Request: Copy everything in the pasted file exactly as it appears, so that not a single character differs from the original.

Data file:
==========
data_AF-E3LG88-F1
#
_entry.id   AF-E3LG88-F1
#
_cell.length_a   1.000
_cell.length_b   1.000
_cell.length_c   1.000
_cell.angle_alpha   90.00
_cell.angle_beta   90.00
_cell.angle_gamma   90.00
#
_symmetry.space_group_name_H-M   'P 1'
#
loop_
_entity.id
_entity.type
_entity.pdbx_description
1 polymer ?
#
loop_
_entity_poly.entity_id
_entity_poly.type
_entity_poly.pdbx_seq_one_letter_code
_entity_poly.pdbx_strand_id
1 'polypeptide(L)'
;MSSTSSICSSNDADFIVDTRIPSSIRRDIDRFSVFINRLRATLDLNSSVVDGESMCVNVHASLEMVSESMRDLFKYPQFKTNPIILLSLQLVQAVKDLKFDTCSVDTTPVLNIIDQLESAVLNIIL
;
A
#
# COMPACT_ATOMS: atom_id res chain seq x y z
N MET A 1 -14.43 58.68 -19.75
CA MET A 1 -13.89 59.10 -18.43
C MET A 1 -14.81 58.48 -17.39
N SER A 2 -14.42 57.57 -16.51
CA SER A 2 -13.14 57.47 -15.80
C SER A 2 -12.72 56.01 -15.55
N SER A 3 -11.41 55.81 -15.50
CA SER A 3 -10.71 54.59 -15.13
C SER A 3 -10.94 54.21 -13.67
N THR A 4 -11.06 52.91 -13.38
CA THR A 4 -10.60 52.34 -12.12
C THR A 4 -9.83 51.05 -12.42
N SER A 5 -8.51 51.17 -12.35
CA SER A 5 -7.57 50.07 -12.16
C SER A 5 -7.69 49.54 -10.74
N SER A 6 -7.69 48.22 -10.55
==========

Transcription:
data_AF-E3LG88-F1
#
_entry.id   AF-E3LG88-F1
#
_cell.length_a   1.000
_cell.length_b   1.000
_cell.length_c   1.000
_cell.angle_alpha   90.00
_cell.angle_beta   90.00
_cell.angle_gamma   90.00
#
_symmetry.space_group_name_H-M   'P 1'
#
loop_
_entity.id
_entity.type
_entity.pdbx_description
1 polymer ?
#
loop_
_entity_poly.entity_id
_entity_poly.type
_entity_poly.pdbx_seq_one_letter_code
_entity_poly.pdbx_strand_id
1 'polypeptide(L)'
;MSSTSSICSSNDADFIVDTRIPSSIRRDIDRFSVFINRLRATLDLNSSVVDGESMCVNVHASLEMVSESMRDLFKYPQFKTNPIILLSLQLVQAVKDLKFDTCSVDTTPVLNIIDQLESAVLNIIL
;
A
#
# COMPACT_ATOMS: atom_id res chain seq x y z
N MET A 1 -14.43 58.68 -19.75
CA MET A 1 -13.89 59.10 -18.43
C MET A 1 -14.81 58.48 -17.39
N SER A 2 -14.42 57.57 -16.51
CA SER A 2 -13.14 57.47 -15.80
C SER A 2 -12.72 56.01 -15.55
N SER A 3 -11.41 55.81 -15.50
CA SER A 3 -10.71 54.59 -15.13
C SER A 3 -10.94 54.21 -13.67
N THR A 4 -11.06 52.91 -13.38
CA THR A 4 -10.60 52.34 -12.12
C THR A 4 -9.83 51.05 -12.42
N SER A 5 -8.51 51.17 -12.35
CA SER A 5 -7.57 50.07 -12.16
C SER A 5 -7.69 49.54 -10.74
N SER A 6 -7.69 48.22 -10.55